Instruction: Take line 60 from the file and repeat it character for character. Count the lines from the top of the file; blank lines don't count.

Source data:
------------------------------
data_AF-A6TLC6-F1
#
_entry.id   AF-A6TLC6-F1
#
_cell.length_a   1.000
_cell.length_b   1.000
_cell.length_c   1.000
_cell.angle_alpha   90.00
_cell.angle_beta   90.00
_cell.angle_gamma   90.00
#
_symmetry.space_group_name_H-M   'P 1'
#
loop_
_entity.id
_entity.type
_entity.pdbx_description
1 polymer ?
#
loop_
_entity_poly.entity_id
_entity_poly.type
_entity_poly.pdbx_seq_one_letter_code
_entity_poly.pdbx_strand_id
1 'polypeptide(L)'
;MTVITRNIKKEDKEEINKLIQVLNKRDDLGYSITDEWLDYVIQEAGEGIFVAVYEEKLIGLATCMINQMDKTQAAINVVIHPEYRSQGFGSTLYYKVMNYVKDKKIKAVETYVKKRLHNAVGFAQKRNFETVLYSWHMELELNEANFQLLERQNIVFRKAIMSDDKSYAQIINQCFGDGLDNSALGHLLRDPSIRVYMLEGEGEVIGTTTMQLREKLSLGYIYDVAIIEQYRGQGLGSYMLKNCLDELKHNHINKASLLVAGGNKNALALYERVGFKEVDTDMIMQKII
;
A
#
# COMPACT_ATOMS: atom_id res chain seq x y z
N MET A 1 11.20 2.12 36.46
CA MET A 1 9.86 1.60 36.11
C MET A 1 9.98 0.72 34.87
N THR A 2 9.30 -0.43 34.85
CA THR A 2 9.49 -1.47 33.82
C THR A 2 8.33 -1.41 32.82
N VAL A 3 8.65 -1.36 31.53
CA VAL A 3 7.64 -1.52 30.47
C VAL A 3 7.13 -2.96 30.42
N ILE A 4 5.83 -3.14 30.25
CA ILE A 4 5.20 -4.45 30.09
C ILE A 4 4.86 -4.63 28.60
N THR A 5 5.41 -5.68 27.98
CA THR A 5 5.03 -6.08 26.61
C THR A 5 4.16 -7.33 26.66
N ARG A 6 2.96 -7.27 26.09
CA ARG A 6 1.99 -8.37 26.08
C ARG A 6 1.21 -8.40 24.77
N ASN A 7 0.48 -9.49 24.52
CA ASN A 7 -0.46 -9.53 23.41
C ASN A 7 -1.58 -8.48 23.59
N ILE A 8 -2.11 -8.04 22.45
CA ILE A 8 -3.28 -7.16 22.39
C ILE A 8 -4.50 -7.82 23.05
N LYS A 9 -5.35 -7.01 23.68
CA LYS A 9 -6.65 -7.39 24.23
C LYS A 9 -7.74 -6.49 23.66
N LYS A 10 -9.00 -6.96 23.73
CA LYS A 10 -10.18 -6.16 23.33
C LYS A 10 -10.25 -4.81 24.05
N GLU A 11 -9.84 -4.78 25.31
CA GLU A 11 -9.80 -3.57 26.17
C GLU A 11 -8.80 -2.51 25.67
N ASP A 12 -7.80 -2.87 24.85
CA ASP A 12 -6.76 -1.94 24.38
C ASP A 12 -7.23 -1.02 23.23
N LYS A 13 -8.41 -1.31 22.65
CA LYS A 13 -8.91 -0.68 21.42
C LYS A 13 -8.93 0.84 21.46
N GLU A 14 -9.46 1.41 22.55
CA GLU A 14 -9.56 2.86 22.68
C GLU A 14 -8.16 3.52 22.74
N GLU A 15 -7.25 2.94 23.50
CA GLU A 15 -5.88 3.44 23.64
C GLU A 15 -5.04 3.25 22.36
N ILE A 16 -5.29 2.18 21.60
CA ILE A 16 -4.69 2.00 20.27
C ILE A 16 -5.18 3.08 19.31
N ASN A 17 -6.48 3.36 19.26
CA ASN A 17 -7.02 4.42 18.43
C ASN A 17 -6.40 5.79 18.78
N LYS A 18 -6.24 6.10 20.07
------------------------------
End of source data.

C LYS A 10 -10.25 -4.81 24.05